Concrete Thinking Think Concrete
Applications  > Tilt-Up Construction
Fast and versatile tilt-up walls
Print   eMail

Tilt-up construction is ready-mixed concrete placed in horizontal forms at the construction site and then tilted up to form walls. Panels are cast as near to the final position as possible. The most convenient casting base is most often the concrete floor slab of the building. Wood or steel edge forms are prepared and positioned on the casting base. Reinforcing steel, vapor seal, insulation, door and window frames, electrical conduit, and outlet boxes are then positioned. Wall panels are cast on the horizontal base, cured, and then tilted into a vertical position and moved into place with a crane.

This method of construction was developed in the early 1900’s but became popular after World War II as a means of providing a quick and efficient method of meeting the demand for buildings despite shortages of labor and materials.



tilt up concrete construction
Wardour Office Center, Bedford, Nova Scotia (PCA No. 14529
Tilt-up construction is most frequently used for one-story commercial buildings such as warehouses, office buildings, or big box stores. However, two, three, and four-story buildings are becoming more commonplace. Condominiums and hotels as tall as ten stories have been constructed with tilt-up concrete. This method of construction is well suited for warehouse, shopping centers, or big box stores because contractors can form the windowless unarticulated wall panels quickly and economically. Tilt-up can also be used for buildings with windows and other architectural features.


Tilt-up concrete is economically viable for building individually designed reinforced concrete structures. Ready-mixed concrete for tilt-up is locally available.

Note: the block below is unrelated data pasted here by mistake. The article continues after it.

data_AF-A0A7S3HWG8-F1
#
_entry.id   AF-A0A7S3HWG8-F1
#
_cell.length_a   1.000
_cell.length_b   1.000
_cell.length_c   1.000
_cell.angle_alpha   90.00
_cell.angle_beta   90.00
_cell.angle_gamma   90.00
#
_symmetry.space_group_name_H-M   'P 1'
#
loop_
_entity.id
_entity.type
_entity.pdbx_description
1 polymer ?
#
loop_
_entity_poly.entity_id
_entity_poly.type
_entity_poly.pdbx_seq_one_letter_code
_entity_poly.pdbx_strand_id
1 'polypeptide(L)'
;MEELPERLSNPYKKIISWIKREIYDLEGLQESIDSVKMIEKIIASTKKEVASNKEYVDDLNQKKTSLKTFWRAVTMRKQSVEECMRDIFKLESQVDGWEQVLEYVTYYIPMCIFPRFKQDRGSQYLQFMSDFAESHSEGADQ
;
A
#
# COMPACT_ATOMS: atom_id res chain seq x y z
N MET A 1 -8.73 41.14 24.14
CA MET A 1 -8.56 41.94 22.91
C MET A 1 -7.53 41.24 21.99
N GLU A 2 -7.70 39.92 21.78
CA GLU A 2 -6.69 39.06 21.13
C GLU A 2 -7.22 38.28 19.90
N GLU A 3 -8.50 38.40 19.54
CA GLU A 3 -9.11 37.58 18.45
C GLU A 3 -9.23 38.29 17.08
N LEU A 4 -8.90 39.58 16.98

Tilt-up concrete lends itself to mass production. At the same time, panel lengths and heights can be easily modified and adapted. Tilt-up concrete can also be colored, textured, and shaped to meet almost any architectural demand using techniques such as form liners, pigments, brick facing, curved surfaces, and exposed aggregates.



Incorporating windows in tilt-up construction (PCA No. 54903)
Incorporating windows in tilt-up construction (PCA No. 54903)
Tilt-up concrete has many environmental benefits during construction and for the life of the structure. For more detail see the sustainability solutions pages listed to the right.

During construction:

Recycled content. Recycled materials such as fly ash, slag cement, silica fume, and recycled aggregates can be incorporated into concrete, thereby diverting materials from the landfill and reducing the use of virgin materials. Can apply to LEED Credit M 4.

Local. Wall panels are constructed with locally available labor and materials. Can apply to LEED Credit M 5.

Resource Efficient. Material efficiencies result from repetitive use of forms. Steel forms and other materials are reused.

During the life of the structure:

Energy Performance. Energy savings are achieved in buildings by combining the thermal mass of concrete with the optimal amount of insulation in tilt-up walls. Concrete acts as an air barrier, reducing air infiltration, and saving more energy. Can contribute to LEED Credit EA 1.

Durable. Tilt-up concrete structures are resistant to fires, wind, hurricanes, floods, earthquakes, wind-driven rain, and moisture damage.